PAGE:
Lately, hacking activists groups like Anonymous and LulzSec have been making headlines almost daily for high-profile attacks on corporate and government interests. This year alone, Anonymous targeted the government networks of Tunisia, Egypt and others in support of the Arab Spring uprisings, exposed confidential Bank of America emails and attacked security firm HBGary Federal after it claimed to have successfully infiltrated and investigated the group. Meanwhile, LulzSec reportedly hit Fox, Sony, PBS, Senate.gov and the CIA, among others, in a public 50-day hacking marathon. The group even posted fake news reports of media mogul Rupert Murdoch's death on News Corporation sites he owns in the wake of the company's phone hacking scandal in the UK.
But amid all of these headline-grabbing breaches, a more insidious hacking operation was being carried out under the radar. Over the last five years, according to security company McAfee, a massive hacking campaign targeted government agencies in 14 countries, the United Nations, the International Olympic Committee, 13 U.S. and UK defense contractors, and a wide range of corporate and nonprofit interests. McAfee uncovered 72 targets in all (although there are likely more) and dubbed the campaign "Operation Shady RAT" after the remote access tools (RAT) that the hackers used to gain access to systems.
The method of access was not unique. The hackers used "spear-phishing" techniques in which employees are sent seemingly legitimate emails containing attachments that, when opened, introduce code that compromises the company's computer system. Recently, similar methods were used to hack into the French and Canadian finance ministries, Google and several energy companies.
What is unique and perhaps telling of a greater threat is that unlike groups like Anonymous or LulzSec that generally hack into companies for laughs (or "lulz" in hacker-speak), no group has ever claimed responsibility for Operation Shady RAT. In addition, these hacks have been characterized by much more long-term intrusions -- one organization was compromised for 28 months. According to McAfee, in an "unprecedented transfer of wealth," petabytes (one million gigabytes) of intellectual property data, ranging from national security secrets to proprietary source code to email archives, have been stolen. And what has happened to it and what it is being used for remains a mystery.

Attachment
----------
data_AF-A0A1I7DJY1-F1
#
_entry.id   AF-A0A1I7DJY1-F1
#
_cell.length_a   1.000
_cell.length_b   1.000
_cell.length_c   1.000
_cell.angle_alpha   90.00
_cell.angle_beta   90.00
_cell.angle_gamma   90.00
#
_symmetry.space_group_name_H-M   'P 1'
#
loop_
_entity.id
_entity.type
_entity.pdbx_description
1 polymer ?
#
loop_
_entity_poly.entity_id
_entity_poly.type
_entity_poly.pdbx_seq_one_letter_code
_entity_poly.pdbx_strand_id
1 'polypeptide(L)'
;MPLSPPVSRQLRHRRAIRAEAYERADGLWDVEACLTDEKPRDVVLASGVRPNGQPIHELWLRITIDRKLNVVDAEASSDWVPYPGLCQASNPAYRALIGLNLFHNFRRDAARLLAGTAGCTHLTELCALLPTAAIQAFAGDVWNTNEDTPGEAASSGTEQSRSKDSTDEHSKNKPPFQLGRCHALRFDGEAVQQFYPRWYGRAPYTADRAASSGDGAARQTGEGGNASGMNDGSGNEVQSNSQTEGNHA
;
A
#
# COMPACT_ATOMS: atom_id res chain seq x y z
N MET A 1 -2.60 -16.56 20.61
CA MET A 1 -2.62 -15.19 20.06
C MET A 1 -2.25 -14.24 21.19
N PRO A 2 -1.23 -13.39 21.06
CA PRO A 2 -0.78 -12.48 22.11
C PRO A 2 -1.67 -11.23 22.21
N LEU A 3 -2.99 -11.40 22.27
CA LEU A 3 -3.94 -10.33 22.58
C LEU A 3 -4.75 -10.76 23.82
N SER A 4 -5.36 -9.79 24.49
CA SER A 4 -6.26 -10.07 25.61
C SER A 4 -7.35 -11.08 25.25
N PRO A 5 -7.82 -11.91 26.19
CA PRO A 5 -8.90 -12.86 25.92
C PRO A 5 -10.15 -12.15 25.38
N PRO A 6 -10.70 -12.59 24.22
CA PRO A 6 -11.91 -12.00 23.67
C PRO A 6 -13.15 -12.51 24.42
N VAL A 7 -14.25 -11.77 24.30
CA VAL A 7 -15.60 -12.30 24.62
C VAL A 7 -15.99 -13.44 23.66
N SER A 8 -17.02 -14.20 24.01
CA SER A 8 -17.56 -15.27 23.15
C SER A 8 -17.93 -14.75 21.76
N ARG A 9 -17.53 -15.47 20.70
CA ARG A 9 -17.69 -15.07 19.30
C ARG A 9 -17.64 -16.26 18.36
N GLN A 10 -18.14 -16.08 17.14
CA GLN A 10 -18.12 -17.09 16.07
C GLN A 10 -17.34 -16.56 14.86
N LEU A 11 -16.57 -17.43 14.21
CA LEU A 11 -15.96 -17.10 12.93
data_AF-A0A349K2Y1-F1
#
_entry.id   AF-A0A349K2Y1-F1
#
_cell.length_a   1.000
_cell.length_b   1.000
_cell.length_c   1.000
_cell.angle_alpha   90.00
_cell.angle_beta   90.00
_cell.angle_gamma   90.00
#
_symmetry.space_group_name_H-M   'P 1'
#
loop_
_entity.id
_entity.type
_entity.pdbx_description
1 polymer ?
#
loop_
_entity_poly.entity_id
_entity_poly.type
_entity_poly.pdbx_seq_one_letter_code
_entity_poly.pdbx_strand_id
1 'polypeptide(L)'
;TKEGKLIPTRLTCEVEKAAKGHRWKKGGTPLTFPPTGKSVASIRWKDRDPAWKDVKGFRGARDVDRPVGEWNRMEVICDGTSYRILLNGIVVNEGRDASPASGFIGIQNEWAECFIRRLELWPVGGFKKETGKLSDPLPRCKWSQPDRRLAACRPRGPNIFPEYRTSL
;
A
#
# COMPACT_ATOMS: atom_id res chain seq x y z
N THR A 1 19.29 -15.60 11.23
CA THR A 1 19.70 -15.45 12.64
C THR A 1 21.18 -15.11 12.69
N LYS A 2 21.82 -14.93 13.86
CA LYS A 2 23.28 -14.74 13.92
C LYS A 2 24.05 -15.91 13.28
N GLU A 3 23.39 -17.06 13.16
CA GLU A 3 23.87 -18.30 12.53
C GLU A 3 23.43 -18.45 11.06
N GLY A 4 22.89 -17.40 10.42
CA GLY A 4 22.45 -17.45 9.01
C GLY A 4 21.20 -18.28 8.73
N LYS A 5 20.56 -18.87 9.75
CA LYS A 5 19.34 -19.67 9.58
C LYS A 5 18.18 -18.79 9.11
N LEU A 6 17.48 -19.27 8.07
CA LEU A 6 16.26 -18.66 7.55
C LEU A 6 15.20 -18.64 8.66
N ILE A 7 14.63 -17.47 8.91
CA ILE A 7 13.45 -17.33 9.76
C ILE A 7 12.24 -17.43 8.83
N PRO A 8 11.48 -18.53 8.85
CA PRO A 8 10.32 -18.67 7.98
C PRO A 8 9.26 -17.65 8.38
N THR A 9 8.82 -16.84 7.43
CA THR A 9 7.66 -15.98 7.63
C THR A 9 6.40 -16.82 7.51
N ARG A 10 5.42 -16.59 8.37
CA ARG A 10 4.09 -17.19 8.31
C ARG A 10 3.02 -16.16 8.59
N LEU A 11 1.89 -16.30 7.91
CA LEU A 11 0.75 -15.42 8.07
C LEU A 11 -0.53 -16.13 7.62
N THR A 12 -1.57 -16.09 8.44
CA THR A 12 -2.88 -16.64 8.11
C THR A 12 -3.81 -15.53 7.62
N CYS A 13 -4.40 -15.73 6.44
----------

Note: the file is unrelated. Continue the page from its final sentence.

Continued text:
"If even a fraction of it is used to build better competing products or beat a competitor at a key negotiation -- due to having stolen the other team's playbook -- the loss represents a massive economic threat not just to individual companies and industries but to entire countries that face the prospect of decreased economic growth," said Dmitri Alperovitch, McAfee's vice president of threat research.
Alperovitch also emphasized the possible national security implications of the attacks. He noted that since the type of information that could be obtained by hacking many of the Shady RAT targets, such as the United Nations, the Association of Southeast Asian Nations Secretariat, and various Olympic committees, think tanks and political nonprofit organizations, does not have an obvious commercial use, the operation could be the work of politically motivated "state actors" looking to obtain sensitive intelligence or defense information.
Ultimately, Operation Shady RAT has revealed that not all hackers are driven by flashy headlines or the desire to create mayhem. The threat is much more sophisticated and widespread. "This is a problem of massive scale that affects nearly every industry and sector of the economies of numerous countries," said Alperovitch. "The only organizations that are exempt from this threat are those that don't have anything valuable or interesting worth stealing." And if your company falls into that category, you may have an even larger problem.